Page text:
Pukapuka location map
A stunning aerial view of Pukapuka
Pukapuka in the 1940s
Village today
SPOT THE DIFFERENCE?
Left : Pukapuka as it would have looked in Mama Tuki's childhood  From  Islands of Danger by Ernest Beaglehole (Wellington, 1944)
Right: Part of the main village today
A MAMA'S MEMORIES

Life on Pukapuka is far from easy, but back in 1948 when Mama Tuki (Tukiongo Poila Wright) was born there, it was tougher still.  She was awarded an OBE by Her Majesty The Queen in June, 2007 for her many services to the community - an honour that she dedicated to her home island.  And in an interview with Cook Islands News*  she recalled her days of growing up in one of the remotest places on earth.

"That time there was no bread and the boat would come to the island only twice a year with supplies.  So we would go to school with lunches that you never see today - taro, fish, breadfruit, uto or sweet coconuts.  They were healthy food but it was hard work getting them.







"Apart from school I would work in our taro swamps with my sisters.  Actually I spent most part of a day in the swamp.  That is our culture in Pukapuka and up until today we women still look after the taro swamps."

"I always laugh when I think back to those days, like when a house gets a tinned corned beef it is a big thing.  The aroma of the food will filter to their neighbours who may just be standing outside watching them eat this 'expensive' and 'tasty' food. "


*Published in Cook Islands News, June 2007
The puka tree close up, courtesy of the Cook Islands Biodiversity website

Watermarked copyright image: contact cookislands.org.uk DO NOT REPRODUCE
Pukapuka's leaders
RULES, FINES AND PLENTY OF PARTYING
New year celebrations last almost to the end of February when  the Island Chiefs (Kau Wo Wolo) and the Island Council - pictured right -  hold their annual meeting to review the rules for governing the island in the coming year and the fines for breaking those rules.  The Chiefs then visit each village to share the rules and let islanders discuss and ask questions about them.  Caretakers or The Pules enforce the rules. 


Each village then has a day long celebration (vananga) where the men of each village go to the other villages to share the rules, have a feed and dance with the women.  And that's followed by the annual imukai to celebrate and share food.   In 2012, Yato shared kaveu and birds, Ngake shared over three hundred fish and Loto shared fish and mawu (twice-baked imu taro mixed with coconut milk).  The cooking of the mawu took over three days.  The first day involved going to the taro patch and peeling and grating the taro.  The second day involved gathering coconuts on the motu and making all the fresh coconut cream.  The third day involved wrapping the mixture in banana leaves and baking it twice in the imu (underground oven).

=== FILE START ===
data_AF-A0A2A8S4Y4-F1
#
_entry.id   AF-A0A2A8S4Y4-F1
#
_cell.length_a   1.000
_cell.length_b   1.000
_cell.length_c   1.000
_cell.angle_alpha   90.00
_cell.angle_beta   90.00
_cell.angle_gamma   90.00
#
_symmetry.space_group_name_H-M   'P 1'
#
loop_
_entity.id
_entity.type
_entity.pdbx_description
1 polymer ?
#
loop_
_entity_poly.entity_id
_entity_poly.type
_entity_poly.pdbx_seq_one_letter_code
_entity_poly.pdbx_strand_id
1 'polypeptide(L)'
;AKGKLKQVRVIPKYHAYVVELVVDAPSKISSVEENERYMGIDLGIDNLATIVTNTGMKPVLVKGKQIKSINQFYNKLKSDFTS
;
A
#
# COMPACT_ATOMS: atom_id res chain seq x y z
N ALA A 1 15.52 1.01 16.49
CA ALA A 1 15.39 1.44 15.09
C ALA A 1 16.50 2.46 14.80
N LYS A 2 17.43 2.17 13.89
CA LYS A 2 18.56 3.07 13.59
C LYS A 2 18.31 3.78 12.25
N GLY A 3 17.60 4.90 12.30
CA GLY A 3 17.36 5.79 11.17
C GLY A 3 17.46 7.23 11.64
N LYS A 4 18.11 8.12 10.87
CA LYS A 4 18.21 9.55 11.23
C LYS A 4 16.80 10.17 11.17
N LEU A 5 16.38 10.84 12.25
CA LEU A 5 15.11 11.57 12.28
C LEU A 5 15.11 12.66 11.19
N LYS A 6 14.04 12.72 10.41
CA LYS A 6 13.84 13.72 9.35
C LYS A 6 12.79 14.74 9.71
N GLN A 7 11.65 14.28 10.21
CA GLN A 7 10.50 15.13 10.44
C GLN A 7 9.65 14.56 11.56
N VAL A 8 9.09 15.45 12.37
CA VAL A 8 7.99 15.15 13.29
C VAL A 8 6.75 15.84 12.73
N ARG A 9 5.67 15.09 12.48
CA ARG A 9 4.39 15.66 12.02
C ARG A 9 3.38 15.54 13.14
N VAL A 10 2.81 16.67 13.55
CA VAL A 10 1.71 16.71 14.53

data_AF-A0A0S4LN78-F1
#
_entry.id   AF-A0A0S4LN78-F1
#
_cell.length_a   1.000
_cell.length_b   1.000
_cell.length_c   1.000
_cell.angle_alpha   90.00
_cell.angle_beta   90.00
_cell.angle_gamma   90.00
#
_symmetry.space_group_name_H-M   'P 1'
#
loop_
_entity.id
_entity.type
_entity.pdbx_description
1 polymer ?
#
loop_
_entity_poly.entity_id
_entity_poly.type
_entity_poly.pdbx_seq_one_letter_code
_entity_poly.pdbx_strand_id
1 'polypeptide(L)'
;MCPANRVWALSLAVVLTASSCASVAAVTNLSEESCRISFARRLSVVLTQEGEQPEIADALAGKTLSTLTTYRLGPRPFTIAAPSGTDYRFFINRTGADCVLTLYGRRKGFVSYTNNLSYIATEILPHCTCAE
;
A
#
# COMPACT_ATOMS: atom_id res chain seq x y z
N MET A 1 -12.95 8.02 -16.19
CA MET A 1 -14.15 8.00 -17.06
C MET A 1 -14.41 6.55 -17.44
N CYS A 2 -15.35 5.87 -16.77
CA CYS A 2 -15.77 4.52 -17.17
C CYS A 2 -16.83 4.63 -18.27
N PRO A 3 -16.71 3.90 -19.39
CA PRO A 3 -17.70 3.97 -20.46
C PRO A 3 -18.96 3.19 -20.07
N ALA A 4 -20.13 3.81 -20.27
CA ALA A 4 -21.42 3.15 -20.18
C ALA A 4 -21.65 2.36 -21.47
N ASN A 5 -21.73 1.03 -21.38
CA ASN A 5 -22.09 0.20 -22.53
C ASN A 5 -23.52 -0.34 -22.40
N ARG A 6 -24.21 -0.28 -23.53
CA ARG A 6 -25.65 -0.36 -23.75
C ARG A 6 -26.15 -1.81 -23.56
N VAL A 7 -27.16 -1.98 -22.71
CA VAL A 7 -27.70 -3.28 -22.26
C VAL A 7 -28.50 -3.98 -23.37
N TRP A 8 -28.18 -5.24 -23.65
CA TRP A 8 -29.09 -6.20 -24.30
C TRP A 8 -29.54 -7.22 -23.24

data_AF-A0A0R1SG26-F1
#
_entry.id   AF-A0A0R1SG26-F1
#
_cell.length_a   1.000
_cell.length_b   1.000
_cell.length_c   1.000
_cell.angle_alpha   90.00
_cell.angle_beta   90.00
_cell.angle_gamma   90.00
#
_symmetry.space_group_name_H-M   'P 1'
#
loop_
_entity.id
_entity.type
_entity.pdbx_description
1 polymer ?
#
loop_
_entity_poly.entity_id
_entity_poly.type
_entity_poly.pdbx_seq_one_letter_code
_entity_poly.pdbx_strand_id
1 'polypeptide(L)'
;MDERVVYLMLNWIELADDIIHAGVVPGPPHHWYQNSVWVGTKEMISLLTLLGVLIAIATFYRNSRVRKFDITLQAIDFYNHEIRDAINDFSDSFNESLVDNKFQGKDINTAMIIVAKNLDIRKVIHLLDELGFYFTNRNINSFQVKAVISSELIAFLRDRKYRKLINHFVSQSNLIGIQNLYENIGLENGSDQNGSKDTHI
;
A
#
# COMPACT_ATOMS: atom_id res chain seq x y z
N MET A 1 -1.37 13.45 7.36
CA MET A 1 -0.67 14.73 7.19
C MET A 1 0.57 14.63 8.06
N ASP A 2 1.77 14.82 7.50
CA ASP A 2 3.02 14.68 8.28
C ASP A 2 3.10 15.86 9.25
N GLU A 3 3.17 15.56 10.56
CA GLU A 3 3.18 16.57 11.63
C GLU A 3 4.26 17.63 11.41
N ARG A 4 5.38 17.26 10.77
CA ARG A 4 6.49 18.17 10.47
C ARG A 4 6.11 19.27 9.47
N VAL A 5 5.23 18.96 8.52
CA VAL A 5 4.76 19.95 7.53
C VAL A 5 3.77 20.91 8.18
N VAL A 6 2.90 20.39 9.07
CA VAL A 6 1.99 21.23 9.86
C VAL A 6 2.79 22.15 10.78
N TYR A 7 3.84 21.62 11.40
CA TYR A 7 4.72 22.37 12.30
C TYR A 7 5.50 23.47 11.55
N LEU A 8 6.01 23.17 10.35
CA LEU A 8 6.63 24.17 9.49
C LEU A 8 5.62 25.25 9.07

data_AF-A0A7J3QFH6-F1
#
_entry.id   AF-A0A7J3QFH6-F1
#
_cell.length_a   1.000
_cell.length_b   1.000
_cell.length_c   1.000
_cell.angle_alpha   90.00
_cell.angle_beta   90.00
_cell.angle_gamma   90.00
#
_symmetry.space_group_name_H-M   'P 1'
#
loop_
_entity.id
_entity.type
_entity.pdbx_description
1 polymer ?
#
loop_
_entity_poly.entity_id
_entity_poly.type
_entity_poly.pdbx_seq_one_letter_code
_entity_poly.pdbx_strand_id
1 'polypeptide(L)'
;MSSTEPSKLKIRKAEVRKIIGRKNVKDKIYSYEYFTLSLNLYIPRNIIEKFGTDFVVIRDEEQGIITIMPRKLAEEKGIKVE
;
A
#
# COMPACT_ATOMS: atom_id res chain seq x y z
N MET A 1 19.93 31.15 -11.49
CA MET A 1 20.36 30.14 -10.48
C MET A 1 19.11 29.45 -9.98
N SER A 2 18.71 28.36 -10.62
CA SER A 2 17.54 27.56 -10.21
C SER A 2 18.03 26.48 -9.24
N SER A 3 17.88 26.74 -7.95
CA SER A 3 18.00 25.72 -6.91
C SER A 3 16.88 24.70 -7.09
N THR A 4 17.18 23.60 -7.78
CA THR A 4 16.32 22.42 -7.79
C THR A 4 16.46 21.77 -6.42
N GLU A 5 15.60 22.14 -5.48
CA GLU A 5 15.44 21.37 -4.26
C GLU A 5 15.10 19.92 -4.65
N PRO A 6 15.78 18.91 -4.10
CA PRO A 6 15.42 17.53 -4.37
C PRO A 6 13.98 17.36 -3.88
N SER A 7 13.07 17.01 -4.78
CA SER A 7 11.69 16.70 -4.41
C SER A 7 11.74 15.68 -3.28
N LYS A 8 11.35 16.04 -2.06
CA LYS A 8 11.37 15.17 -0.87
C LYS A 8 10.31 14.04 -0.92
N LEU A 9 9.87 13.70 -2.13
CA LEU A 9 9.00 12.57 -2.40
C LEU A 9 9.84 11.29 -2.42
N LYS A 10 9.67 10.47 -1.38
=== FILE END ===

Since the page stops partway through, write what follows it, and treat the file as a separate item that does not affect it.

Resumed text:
From a report by Dr. Amelia Hokule'a Borofsky, who grew up on Pukapuka and Hawai'i, and has returned to the atoll to live. 
Photo: Cook Islands News

Mat weaving on Pukapuka
Photographs are copyright Wolfgang Losacker
Salt in the seawater serves as toothpaste
Children help collect and prepare coconuts - the sun-dried flesh is exported as "kopra".  Coconut and its by products are the mainstay of the island's economy.
Pukapuka children
Preparing copra
The picture above and the two photos below are from 'South Seas Cook Islands' by Doctor Wolfgang Losacker - a highly recommended book of superb photographs, which you'll find on sale all over Rarotonga.  Dr. Losacker works at the hospital on the capital island and has also taken his skills to many of the outer islands, along the way capturing on film an insight into everyday life.

DOCTOR IN PARADISE
 
 
Community and clinical psychologist, Dr Amelia Hokule'a Borofsky (left) grew up on Pukapuka and went back to the island to teach and write.  After another year away ("on the outside" as she puts it), she has just returned again.   Writing in Cook Islands News, she says things are still mostly the same, but she has noted that even this remote island is not immune to 21st century technology...
 

Dr Amelia Hokule’a Borofsky and young Pukapukans
"Wale remains the same, just a few more cellular phones, more youth playing candy crush and using the flashlight from the mobile to catch kaveau or coconut crabs.
The roosters still crow every morning, the men have been playing toto, the game of throwing sticks every afternoon on the main sandy road, Ngake village is out at Motu Ko, and the kids splash in the lagoon as the sun sets over Yato point"

...excepting 'Candy Crush Saga'!!!